The three constants we already created – fm, path, and items – live inside the viewDidLoad() method, and will be destroyed as soon as that method finishes. What we want is a way to attach data to the whole ViewController type so that it will exist for as long as our screen exists. In Swift this is done using a “property”: we can give ViewController as many of these properties as we want, then read and write them as often as needed while the screen exists.

To create a property, you need to declare it outside of methods. We’ve been creating constants using let so far, but this array is going to be changed inside our loop so we need to make it variable. We also need to tell Swift exactly what kind of data it will hold – in our case that’s an array of strings, where each item will be the name of an “nssl” picture.

Add this line of code before viewDidLoad():

var pictures = [String]()

If you’ve placed it correctly, your code should look like this:

class ViewController: UIViewController {
    var pictures = [String]()

    override func viewDidLoad() {

        let fm = FileManager.default

The var keyword is used to create variables, in the same way that let is used to create constants. Where things get a bit crazy is in the second half of the line: [String](). That’s really two things in one: [String] means “an array of strings”, and () means “create one now.” The parentheses here are just like those in the viewDidLoad() method – it signals the name of some other code that should be run, in this case the code to create a new array of strings.

That pictures array will be created when the ViewController screen is created, and exist for as long as the screen exists. It will be empty, because we haven’t actually filled it with anything, but at least it’s there ready for us to fill.

What we really want is to add to the pictures array all the files we match inside our loop. To do that, we need to replace the existing // this is a picture to load! comment with code to add each picture to the pictures array.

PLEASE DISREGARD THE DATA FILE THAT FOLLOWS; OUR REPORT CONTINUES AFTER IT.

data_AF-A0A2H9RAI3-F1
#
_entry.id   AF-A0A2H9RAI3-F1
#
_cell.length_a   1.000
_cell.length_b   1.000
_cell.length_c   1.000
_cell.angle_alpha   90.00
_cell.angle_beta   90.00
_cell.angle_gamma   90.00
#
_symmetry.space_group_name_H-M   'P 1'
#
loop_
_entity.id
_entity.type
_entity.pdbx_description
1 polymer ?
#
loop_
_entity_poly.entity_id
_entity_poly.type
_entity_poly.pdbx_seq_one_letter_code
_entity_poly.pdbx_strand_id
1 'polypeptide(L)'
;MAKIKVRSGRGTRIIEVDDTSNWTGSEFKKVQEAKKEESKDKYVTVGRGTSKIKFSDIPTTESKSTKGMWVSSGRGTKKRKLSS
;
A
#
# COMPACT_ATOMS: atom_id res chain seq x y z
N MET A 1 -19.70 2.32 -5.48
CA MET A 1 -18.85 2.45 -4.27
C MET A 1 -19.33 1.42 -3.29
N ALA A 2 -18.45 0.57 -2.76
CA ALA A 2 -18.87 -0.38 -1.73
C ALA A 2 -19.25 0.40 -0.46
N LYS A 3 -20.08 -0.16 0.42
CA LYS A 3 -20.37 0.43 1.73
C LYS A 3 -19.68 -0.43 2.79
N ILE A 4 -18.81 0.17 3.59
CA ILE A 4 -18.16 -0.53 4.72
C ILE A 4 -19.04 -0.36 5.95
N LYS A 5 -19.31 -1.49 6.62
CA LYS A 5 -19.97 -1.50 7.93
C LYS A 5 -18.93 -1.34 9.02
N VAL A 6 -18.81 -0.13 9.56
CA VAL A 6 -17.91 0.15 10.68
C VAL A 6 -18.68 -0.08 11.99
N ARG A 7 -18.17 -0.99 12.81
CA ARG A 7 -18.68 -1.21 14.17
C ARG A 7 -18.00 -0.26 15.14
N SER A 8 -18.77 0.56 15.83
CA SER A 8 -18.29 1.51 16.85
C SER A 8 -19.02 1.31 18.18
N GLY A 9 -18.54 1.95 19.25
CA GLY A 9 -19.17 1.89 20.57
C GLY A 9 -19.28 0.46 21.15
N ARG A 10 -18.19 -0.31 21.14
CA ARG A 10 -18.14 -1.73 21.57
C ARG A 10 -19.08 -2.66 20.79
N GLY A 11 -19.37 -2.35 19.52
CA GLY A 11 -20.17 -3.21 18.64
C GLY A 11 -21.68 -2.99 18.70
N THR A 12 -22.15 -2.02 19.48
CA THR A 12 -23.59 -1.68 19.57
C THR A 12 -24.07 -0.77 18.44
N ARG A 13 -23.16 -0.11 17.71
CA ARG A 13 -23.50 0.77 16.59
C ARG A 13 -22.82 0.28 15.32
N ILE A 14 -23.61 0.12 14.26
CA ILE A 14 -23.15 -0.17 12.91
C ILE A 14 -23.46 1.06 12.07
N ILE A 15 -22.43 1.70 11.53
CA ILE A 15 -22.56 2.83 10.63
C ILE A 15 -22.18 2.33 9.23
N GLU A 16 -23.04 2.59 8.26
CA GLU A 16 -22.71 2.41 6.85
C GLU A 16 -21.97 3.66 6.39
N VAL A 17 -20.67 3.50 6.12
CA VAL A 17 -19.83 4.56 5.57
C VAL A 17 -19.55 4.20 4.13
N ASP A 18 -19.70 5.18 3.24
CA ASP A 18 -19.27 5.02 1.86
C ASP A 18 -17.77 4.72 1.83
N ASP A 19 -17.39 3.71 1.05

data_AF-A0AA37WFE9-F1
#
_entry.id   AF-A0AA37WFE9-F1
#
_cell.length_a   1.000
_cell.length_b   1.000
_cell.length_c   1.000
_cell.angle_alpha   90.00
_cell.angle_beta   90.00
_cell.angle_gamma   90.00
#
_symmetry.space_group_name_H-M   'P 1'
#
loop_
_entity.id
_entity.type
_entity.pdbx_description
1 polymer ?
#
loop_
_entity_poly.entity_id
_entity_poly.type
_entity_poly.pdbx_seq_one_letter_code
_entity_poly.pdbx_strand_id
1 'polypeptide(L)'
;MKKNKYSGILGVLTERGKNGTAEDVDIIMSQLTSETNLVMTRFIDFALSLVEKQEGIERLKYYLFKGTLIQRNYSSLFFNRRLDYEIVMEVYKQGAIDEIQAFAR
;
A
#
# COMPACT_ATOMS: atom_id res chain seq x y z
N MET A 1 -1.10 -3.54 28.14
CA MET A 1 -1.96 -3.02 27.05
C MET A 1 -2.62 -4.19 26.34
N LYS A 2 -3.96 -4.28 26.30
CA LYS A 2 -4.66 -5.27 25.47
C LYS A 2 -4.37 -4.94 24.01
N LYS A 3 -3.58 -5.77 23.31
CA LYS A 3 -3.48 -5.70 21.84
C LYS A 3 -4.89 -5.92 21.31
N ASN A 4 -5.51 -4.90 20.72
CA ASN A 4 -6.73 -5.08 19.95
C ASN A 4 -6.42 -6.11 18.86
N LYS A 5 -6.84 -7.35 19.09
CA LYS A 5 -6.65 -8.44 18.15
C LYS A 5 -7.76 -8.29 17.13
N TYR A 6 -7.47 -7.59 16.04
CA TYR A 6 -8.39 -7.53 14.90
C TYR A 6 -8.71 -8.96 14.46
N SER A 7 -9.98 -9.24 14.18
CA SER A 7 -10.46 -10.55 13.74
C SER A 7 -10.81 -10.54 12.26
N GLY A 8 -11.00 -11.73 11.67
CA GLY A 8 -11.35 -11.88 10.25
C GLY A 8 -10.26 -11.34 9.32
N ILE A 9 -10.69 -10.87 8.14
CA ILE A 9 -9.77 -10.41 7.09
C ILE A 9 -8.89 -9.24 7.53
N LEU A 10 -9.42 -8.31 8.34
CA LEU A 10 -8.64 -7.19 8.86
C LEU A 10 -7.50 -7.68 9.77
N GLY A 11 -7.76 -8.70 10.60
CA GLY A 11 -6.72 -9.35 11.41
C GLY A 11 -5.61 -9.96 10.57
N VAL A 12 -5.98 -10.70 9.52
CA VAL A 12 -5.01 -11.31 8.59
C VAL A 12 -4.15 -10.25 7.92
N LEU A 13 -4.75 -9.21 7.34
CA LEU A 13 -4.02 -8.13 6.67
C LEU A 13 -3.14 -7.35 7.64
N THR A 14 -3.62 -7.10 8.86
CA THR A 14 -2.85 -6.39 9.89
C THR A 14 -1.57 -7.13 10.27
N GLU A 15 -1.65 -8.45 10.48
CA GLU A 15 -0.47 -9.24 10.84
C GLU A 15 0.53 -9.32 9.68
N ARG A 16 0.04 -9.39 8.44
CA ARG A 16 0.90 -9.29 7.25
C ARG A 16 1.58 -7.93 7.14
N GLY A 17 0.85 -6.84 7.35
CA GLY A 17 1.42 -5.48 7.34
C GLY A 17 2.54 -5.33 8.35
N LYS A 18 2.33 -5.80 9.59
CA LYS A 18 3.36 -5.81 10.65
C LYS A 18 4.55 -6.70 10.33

Helpfully, Swift’s arrays have a built-in method called append that we can use to add any items we want. So, replace the // this is a picture to load! comment with this:


That’s it! Annoyingly, after all that work our app won’t appear to do anything when you press play – you’ll see the same white screen as before. Did it work, or did things just silently fail?

To find out, add this line of code at the end of viewDidLoad(), just before the closing brace:


That tells Swift to print the contents of pictures to the Xcode debug console. When you run the program now, you should see this text appear at the bottom of your Xcode window: “["nssl0033.jpg", "nssl0034.jpg", "nssl0041.jpg", "nssl0042.jpg", "nssl0043.jpg", "nssl0045.jpg", "nssl0046.jpg", "nssl0049.jpg", "nssl0051.jpg", "nssl0091.jpg”]”

Note: iOS likes to print lots of uninteresting debug messages in the Xcode debug console. Don’t fret if you see lots of other text in there that you don’t recognize – just scroll around until you see the text above, and if you see that then you’re good to go.

Upgrade your apps!

Take on Core ML, ARKit, PDFKit, Core NFC, and more all in one book that's packed with practical projects!

< Previous: Setting up   Next: Designing our interface >
Buy Testing Swift Buy Practical iOS 12 Buy Pro Swift Buy Swift Design Patterns Buy Swift Coding Challenges Buy Server-Side Swift (Vapor Edition) Buy Server-Side Swift (Kitura Edition) Buy Hacking with macOS Buy Advanced iOS Volume One Buy Advanced iOS Volume Two Buy Hacking with watchOS Buy Hacking with tvOS Buy Hacking with Swift Buy Dive Into SpriteKit Buy Swift in Sixty Seconds Buy Objective-C for Swift Developers Buy Beyond Code

Was this page useful? Let me know!

Average rating: 4.3/5

Click here to visit the Hacking with Swift store >>